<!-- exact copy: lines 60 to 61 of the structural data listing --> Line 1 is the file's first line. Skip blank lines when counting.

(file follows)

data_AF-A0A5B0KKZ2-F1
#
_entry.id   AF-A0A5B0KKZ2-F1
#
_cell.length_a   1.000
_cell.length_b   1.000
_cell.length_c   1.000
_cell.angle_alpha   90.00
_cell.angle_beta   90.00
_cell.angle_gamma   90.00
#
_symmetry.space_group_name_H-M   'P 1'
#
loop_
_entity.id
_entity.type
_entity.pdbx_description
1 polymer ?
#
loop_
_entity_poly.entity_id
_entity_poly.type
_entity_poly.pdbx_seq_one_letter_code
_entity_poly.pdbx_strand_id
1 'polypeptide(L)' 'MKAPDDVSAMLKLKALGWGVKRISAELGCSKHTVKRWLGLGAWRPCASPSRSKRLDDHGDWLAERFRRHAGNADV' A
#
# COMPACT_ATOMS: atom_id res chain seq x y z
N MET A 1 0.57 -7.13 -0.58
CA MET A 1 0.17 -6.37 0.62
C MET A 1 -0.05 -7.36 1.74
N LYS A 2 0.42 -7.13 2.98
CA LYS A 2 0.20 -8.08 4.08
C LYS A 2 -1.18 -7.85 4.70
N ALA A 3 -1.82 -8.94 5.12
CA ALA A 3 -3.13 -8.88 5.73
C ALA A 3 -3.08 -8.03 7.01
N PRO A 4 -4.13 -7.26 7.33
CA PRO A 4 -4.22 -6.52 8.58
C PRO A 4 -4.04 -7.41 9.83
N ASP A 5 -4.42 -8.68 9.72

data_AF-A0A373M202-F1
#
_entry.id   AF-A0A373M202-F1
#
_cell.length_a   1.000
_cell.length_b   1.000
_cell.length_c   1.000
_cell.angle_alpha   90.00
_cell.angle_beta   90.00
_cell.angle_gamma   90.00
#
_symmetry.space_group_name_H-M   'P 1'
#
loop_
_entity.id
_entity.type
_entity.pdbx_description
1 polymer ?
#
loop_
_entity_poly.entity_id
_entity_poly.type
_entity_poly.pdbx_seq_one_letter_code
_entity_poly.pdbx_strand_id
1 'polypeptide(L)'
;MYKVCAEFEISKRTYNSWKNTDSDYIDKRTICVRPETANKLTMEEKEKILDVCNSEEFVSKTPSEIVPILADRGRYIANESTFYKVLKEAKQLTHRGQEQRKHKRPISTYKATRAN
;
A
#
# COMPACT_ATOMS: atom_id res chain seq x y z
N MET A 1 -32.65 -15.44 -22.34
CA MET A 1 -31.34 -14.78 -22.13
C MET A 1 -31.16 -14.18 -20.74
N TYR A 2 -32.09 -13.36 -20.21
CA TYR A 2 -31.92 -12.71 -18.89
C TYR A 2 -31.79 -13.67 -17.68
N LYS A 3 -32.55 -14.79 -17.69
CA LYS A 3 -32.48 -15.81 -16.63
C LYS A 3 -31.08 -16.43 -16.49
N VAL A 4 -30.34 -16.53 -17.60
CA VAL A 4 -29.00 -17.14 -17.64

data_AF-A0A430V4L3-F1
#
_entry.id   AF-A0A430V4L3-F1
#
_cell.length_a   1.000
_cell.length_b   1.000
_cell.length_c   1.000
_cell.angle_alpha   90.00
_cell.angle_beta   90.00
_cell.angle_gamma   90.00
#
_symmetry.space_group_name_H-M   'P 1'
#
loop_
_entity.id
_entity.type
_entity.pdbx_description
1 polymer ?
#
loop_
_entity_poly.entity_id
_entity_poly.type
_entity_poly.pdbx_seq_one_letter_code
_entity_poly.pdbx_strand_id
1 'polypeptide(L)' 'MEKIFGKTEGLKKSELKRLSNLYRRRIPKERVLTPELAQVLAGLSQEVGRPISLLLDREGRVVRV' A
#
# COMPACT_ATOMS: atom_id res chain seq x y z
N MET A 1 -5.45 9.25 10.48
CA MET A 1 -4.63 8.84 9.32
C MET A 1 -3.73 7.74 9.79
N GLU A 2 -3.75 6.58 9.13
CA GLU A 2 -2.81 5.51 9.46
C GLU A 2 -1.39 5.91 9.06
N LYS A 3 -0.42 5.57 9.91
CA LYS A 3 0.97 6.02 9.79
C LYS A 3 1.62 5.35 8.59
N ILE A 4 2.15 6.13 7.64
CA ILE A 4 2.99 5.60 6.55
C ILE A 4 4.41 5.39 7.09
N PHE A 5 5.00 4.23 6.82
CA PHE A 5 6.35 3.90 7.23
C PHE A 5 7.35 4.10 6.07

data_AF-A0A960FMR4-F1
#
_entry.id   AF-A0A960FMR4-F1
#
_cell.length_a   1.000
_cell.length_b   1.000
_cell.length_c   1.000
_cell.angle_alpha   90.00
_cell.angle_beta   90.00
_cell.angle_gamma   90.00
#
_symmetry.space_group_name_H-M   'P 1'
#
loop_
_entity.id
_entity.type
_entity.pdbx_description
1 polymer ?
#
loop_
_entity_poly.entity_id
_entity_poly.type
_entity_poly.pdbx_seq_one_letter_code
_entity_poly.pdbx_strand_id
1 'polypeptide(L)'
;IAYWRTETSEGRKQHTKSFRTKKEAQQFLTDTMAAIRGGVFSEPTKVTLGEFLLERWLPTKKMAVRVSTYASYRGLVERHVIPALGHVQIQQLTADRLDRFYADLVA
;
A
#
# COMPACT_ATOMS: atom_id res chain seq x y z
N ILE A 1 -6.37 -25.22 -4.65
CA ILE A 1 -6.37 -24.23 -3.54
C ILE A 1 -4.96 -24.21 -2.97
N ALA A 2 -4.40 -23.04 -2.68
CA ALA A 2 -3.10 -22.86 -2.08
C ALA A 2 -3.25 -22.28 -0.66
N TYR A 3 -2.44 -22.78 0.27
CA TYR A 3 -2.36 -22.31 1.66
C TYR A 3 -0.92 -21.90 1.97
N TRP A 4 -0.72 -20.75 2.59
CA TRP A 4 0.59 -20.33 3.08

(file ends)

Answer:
loop_
_entity_poly.entity_id